Tuesday, December 11, 2007

My Repentance Story

AKA: "Storm Home"

Once upon a time, I lived out on the prairie of South Dakota, in a little town with no gas station, no restaurants, and no grocery store. We did have a post office, though.

I thought I knew something about rural living because my mother grew up on a farm in southwestern Minnesota and I used to spend time with my grandparents there, especially in the summer. I also thought I knew how to behave in a snow-storm: after all, I'm from Minnesota. I know how to drive when it's slippery, and I know about keeping a shovel in my car, and I even used to keep an extra bag of cat litter in the car just in case I would get stuck (yes, cat litter).

So one Monday morning (my day off) in December, I made an appointment to get my car "winterized." Now I'm from Minnesota, so I know how important it is to get your car winterized. But that same morning I also heard that there was some weather coming in -- they thought at about noon.

And they said that it was going to be a pretty big storm.

So my two thoughts were: 1) It's even more important that I get my car winterized this morning, and 2) I'm sure I can get it done and be back home before the weather gets really bad.

So I went and fixed the car up in the nearest city to me (30 miles away) and then I headed for home. It was already starting to snow and to blow (that's the important part) but I thought, "This isn't too bad. I can do this. After all, it's not slippery or anything."

As soon as I got outside the city limits, I realized that I was wrong. I also learned what the word "white out" means. It means that everything is literally white. I couldn't see anything on the road ahead of me. All I could see (sometimes) was the white line marking the edge of the road. I wasn't thinking any more "I can do this". I was scared. I wasn't sure at all that I could do this and not end up in a ditch.

At one point my route passed through a very small town, and I was able to see a little better. At the same time, I suddenly remember that a retired couple from my church lived in this town, just off the main road. In desperation, I turned into their driveway.

Lucky for me -- they welcomed me. In fact, they were happy to have me stay -- for the next two days while the storm continued. They even found an extra toothbrush for me. (You see, they were prepared.) After that, I sometimes referred to them as my "storm home."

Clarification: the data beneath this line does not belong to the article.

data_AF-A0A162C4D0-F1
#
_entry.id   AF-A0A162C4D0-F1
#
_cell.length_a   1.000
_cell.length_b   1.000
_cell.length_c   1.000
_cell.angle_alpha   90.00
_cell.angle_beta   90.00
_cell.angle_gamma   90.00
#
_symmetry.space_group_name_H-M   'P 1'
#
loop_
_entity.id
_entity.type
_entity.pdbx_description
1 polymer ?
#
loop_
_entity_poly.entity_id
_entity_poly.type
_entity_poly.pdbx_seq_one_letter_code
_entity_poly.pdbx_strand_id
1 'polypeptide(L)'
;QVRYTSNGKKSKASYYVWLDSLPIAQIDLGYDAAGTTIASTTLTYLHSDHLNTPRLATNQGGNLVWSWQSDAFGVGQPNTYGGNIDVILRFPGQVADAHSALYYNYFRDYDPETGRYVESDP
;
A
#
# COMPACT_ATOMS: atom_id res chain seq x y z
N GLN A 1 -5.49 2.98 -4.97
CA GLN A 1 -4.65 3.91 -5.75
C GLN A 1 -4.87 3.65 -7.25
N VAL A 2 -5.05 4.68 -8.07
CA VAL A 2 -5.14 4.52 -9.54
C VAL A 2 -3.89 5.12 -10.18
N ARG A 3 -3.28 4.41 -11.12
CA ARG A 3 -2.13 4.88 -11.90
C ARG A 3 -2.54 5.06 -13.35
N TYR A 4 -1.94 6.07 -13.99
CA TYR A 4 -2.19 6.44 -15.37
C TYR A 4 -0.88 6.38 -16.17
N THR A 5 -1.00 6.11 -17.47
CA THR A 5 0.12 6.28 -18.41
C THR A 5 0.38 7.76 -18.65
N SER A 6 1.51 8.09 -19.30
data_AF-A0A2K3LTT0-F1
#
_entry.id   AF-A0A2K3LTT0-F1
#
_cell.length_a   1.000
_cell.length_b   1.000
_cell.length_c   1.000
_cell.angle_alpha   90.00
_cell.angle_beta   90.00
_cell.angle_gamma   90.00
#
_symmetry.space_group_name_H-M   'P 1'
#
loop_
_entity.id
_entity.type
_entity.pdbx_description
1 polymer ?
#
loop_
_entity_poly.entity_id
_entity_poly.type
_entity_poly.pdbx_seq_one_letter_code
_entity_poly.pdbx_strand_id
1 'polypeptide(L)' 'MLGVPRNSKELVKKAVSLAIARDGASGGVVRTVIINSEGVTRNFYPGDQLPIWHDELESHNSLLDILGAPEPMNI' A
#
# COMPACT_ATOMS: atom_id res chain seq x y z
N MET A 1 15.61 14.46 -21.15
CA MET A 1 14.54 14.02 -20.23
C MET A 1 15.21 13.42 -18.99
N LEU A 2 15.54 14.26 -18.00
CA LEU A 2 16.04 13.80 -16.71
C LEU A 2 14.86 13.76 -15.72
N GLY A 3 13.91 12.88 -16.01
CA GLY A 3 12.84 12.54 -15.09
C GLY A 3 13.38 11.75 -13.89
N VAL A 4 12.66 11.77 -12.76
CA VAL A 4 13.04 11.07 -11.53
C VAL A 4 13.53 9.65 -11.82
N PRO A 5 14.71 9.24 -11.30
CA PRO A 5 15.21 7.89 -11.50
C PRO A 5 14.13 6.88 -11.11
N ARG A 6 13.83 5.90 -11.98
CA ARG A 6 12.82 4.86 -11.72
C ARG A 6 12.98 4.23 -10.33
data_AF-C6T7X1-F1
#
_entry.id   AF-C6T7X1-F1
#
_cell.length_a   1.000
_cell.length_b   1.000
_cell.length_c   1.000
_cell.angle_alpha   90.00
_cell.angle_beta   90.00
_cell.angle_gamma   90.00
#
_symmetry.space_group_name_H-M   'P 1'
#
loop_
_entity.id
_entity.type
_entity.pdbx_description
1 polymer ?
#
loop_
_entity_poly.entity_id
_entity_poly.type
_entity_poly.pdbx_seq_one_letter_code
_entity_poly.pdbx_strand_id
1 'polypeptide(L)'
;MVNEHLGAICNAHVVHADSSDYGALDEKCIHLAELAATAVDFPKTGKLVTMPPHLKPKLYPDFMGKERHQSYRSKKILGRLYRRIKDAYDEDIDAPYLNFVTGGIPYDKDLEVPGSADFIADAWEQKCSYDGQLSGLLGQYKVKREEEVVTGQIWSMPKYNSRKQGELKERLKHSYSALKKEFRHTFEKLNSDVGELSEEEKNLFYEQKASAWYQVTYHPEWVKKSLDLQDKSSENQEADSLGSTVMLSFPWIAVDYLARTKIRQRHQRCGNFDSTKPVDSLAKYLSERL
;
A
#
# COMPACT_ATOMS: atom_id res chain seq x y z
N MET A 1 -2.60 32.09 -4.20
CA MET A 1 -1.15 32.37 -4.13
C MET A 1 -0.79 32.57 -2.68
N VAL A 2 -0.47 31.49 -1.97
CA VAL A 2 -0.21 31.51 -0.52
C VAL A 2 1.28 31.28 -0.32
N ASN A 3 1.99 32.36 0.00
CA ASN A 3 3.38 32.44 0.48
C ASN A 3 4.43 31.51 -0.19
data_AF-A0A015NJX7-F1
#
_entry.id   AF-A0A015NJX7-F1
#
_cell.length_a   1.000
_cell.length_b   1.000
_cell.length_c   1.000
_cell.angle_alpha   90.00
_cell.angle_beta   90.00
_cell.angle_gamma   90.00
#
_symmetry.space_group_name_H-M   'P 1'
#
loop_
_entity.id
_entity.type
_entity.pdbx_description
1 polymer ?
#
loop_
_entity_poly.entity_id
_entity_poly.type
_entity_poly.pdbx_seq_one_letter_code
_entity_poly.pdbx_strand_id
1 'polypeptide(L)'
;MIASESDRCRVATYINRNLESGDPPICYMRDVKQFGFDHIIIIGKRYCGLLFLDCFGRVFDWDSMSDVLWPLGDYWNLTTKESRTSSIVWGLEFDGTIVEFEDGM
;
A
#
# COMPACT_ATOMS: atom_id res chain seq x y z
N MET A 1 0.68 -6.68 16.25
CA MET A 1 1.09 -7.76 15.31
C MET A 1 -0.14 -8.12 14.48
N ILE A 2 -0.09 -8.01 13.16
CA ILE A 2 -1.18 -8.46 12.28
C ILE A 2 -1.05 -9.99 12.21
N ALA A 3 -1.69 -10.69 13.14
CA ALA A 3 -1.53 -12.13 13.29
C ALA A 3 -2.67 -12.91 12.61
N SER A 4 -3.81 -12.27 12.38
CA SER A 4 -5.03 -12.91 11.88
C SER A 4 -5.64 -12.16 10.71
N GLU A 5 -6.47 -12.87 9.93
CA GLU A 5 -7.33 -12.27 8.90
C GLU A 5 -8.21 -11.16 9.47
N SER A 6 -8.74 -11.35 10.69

I got smart after that -- or at least I thought I was smart. I thought -- from now on I am going to be better prepared for emergencies. So I started always to keep a bag in my car from then on, with a change of clothes, my Bible, a toothbrush and a couple of other items. Of course, I never had to use the bag, because I never got stuck in a snowstorm again. I had learned my lesson, I suppose, about the dangers of snow and wind out on the prairie. I suppose you can say that I "repented" of my foolhardy ways, learned to be more cautious, and learned as well to be better prepared.

But is that what the word "repent" really means? It does mean change -- that's for sure. It also means "turn around", which gives me a whole different perspective on repentance, and when and why it occurs.

So, when do you think I "repented" in this story?

I believe that I repented when I entered that little town and remembered the home where some friendly people lived. I repented when I realized, "I can't do this any more," and turned in the driveway and knocked on the door. I repented when they opened the door and welcomed me in out of the cold and out of the storm.

Repentance is when you admit you are lost on a dangerous road, that you can't see your hand in front of your face -- and yet you are welcomed in from the cold. Repentance is when we realize we have gotten in over our heads, and cry out, "Lord save me!" Repentance is not just (or mainly) about what we turn away from, but what we turn TOWARD: life, love, grace, light.

Oh, and this as well: Most people believe that you repent in order to get forgiven. But I believe that it happens the other way. We repent because we have been forgiven.